It was a bittersweet exit for Rodger Bingham, the 53-year-old farmer and school teacher from Crittenden, Kentucky, who earlier in the day had sacrificed himself to the group to save Elisabeth Filarski, who, he believed, should stay should the choice come down to him or her. "Kentucky Joe," as he was fondly called by his tribemates, was the oldest member of the tribe. Upon his departure Rodger reflected, "I am the oldest person out here and have been going for 36 days, and would have gone the remaining 6 without food if I had to. I wish them all luck, especially Elisabeth. I hope she goes all the way." Kentucky Joe becomes the fifth member of the Jury, which will ultimately decide who will be the sole Survivor.
Misery at Barramundi
With the rain continuing to pelt the Survivors and their new shelter leaking, the tribe awoke on Day 34, miserable from another difficult night's sleep. The harsh environment left the remaining Survivors longing for home. Tina Wesson, the mother from Knoxville, Tennessee, lamented, "I miss my husband and my kids. I am still a newlywed, and I miss picking my kids up from school and have them happy to see me. I just miss everything about them." Said a tearful Elisabeth, who acknowledges drawing much of her strength from her mother, "If I could just talk to my mother, that would be all I need to get me through the rest of the time here."
One wouldn't think that in the middle of the Australian Outback it would be possible to chat online with loved ones from home. But thanks to technology, that's exactly what the Survivors were able to do at the Outback Internet CafÃ©. Host Jeff Probst explained that each Survivor would be able to say a quick hello to their families; then, their loved ones would play a game in which they would answer questions online. The Survivor whose family answered the most questions correctly would win a 30-minute online chat with the family and a $500.00 Internet shopping spree with which to buy gifts, using a VISA card, in order to send their love back home.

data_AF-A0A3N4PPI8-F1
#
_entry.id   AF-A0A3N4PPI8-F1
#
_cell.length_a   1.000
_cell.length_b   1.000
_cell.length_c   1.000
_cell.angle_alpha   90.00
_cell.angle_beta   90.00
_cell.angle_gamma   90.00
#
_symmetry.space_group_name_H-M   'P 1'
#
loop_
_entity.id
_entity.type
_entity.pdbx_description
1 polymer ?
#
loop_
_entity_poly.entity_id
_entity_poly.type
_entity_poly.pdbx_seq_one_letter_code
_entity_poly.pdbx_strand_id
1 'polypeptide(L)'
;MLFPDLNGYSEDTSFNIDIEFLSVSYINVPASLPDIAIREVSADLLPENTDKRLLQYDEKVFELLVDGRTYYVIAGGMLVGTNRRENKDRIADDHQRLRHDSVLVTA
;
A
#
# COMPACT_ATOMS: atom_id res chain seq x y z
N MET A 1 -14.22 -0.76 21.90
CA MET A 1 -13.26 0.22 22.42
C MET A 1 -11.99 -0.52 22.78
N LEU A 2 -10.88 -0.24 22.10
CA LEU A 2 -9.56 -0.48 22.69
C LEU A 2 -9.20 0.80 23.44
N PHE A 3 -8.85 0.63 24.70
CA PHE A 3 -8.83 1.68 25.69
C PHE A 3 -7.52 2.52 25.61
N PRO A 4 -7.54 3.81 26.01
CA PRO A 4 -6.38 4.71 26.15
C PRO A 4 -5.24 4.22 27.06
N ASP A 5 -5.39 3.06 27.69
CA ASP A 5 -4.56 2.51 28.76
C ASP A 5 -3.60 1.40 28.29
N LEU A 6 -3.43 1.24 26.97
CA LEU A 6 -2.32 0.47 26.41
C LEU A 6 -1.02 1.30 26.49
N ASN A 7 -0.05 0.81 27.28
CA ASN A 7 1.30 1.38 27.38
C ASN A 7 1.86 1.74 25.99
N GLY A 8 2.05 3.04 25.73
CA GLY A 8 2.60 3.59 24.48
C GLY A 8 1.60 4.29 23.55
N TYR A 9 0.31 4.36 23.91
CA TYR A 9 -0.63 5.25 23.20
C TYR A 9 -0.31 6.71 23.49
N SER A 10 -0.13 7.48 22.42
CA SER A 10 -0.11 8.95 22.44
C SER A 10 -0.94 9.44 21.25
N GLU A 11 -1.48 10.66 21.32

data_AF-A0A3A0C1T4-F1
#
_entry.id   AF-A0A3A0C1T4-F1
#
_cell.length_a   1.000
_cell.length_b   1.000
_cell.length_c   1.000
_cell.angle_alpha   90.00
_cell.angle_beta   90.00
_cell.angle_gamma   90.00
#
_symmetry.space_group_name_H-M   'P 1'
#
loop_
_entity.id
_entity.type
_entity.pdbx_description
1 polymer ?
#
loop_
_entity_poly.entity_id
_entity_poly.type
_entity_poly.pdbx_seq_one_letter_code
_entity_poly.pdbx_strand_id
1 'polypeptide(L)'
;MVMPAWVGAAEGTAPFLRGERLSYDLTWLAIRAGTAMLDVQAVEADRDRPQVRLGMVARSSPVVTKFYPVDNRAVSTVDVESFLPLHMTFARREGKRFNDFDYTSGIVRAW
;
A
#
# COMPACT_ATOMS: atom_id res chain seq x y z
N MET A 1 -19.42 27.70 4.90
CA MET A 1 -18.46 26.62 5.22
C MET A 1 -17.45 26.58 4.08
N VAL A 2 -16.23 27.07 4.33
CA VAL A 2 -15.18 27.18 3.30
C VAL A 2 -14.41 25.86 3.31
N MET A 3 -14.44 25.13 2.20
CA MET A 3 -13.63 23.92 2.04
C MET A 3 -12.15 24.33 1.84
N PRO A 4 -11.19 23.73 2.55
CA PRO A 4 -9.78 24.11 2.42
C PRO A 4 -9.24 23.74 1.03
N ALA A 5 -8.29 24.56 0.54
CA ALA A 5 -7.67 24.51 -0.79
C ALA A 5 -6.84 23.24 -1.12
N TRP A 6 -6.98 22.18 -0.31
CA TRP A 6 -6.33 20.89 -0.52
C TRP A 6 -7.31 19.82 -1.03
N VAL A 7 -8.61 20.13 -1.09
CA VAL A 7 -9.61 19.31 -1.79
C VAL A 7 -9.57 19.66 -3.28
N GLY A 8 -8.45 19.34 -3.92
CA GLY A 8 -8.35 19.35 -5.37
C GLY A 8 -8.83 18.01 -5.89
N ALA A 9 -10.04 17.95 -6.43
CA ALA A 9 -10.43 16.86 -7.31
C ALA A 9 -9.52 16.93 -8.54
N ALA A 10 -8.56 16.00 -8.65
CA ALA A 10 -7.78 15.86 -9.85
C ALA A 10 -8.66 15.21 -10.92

One by one, each Survivor tearfully greeted their loved ones. Rodger pointed out that the men were crying most of all. Then, they played the game, and it was Tina Wesson whose family answered the most questions correctly.
Before Tina began her 30-minute chat with her family, the Survivors were given one more opportunity to say goodbye, and in a surprise to all, Keith Famie proposed marriage to his girlfriend back home in Michigan. "I can only think of one important question that came to me as a shooting star shot across the sky at the late hours of the night," he typed. "Will you marry me?" Everyone waited for the answer, and then it appeared: "Yes!" And a newly engaged Survivor and chef walked off into the sunset with the others.
A Happy Barramundi
Back at camp the mood was as harmonious as ever. For the first time in many days the tribe enjoyed some recreation time as they tossed a Frisbee back and forth. Elisabeth stood by in awe, watching the excitement. "Is this Barramundi?" she exclaimed. Regardless of being hungry, wet, and cold, the opportunity to chat with loved ones from home brought smiles and joy to each member of Barramundi. As night fell, Colby put the day's events into perspective: "Today for at least one day strategy did not enter our heads, and that may not be the case tomorrow, but for the first time we didn't even care about the million dollars."
The Great Rice Debate and a Fight Among Ogakors